I do not want to bore the House with figures, but I have made a comparison with British racing and French racing, which is so simple I feel that anyone can understand it. For better or worse, in France there is a Tote monopoly. I do 846 not think that this is a good idea and it certainly would not suit England.
In France, the production of thoroughbred racehorses was one-third of ours before the war. It is now one-half. Their production is increasing. The measure of France's success in our major race, the Derby, for the twelve years before the war was one winner. For the twelve years after the war it is five. Therefore, they are five times as successful as before the war in our major race.
The French entries in the Derby, before the war, amounted to 15 per cent. Just after the war it was 25 per cent. and now it is 35 per cent. I give these figures to show that our greatest rival is increasing production and increasing the excellence of its whole racing industry. The figure of our production of horses is now static. It is the same as before the war. It increased slightly after the war, but it is now roughly the same.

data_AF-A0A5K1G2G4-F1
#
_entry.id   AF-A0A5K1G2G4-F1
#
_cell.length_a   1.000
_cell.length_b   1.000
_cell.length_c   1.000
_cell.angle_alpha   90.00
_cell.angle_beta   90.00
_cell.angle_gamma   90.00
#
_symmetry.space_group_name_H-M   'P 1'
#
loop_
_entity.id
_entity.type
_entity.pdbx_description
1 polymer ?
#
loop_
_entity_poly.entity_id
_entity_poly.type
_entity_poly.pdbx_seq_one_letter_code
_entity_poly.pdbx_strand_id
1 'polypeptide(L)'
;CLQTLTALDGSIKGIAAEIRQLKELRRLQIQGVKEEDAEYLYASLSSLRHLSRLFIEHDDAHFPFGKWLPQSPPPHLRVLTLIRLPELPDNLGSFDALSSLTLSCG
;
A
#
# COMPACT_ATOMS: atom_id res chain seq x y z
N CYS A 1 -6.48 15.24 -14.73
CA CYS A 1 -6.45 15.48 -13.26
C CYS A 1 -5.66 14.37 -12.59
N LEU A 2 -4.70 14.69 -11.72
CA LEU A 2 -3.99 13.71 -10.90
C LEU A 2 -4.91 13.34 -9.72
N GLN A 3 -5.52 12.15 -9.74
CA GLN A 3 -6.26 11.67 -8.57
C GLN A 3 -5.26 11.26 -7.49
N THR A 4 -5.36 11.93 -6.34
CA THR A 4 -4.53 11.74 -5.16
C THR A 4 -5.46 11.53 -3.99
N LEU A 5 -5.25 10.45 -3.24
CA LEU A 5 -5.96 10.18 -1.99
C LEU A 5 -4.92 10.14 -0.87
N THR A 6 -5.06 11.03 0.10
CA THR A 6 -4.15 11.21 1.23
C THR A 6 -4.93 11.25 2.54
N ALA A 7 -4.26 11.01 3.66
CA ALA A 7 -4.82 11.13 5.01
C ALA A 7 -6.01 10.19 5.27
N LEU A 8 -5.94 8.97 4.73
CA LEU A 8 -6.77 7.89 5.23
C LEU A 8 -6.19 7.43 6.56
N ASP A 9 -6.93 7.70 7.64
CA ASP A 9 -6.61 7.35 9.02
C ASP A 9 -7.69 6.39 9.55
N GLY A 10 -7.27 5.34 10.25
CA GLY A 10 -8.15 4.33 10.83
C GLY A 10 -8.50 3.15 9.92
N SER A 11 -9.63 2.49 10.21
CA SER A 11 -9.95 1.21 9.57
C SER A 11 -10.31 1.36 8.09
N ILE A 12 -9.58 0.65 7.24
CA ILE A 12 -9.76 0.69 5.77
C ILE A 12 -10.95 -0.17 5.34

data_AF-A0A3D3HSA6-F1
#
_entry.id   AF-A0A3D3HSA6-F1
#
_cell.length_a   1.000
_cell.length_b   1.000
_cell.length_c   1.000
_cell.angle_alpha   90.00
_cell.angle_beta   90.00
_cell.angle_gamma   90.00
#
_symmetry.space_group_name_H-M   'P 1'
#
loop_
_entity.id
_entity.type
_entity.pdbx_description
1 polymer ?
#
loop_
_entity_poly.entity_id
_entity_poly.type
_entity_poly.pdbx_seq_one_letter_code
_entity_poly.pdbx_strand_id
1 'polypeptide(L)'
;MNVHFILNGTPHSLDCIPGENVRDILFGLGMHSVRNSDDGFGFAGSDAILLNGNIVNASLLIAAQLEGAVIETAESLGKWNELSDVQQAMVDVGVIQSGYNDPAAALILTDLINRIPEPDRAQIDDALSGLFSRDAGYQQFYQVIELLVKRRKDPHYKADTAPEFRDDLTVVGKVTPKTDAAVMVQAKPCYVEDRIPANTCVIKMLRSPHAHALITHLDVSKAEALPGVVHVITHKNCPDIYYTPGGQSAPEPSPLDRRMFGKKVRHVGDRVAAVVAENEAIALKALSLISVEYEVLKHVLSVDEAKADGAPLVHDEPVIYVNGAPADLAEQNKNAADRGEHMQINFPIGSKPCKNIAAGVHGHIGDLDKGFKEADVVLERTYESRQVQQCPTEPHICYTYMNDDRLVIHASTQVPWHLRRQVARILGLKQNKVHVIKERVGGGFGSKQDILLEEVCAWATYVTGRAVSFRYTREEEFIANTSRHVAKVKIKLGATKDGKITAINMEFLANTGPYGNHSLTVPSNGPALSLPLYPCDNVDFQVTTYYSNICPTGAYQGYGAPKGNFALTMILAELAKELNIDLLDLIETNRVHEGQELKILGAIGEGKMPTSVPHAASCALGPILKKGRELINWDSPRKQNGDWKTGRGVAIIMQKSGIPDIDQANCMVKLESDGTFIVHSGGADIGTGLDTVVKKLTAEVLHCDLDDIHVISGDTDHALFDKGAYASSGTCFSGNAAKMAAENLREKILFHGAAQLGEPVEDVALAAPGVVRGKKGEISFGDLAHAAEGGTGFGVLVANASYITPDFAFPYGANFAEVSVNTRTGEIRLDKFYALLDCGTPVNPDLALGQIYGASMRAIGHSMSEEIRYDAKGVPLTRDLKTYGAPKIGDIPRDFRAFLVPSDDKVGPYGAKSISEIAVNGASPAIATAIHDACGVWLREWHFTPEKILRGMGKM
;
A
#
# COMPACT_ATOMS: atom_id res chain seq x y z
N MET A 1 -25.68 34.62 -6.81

Our success in our own big races is lamentable. We have managed to win only six of the Derbys which have been run in the twelve years after the war. One winner was really American bred and five winners were French.
On the other hand, our exports have doubled in volume. That does not matter but what does matter is the quality which we are now having to export. Any hon. Member who has had anything to do with breeding must accept the fact that if one exports the very best in one's garden or farmyard, or anything like that, inevitably one's own stock must decline. Hitherto, we have always exported the second best. May I give this simile? We are exporting plant. Suppose we had to export our dockyards. How would we then be able to export ships? It is as if we are exporting factories instead of the plant, or the goose instead of the golden egg.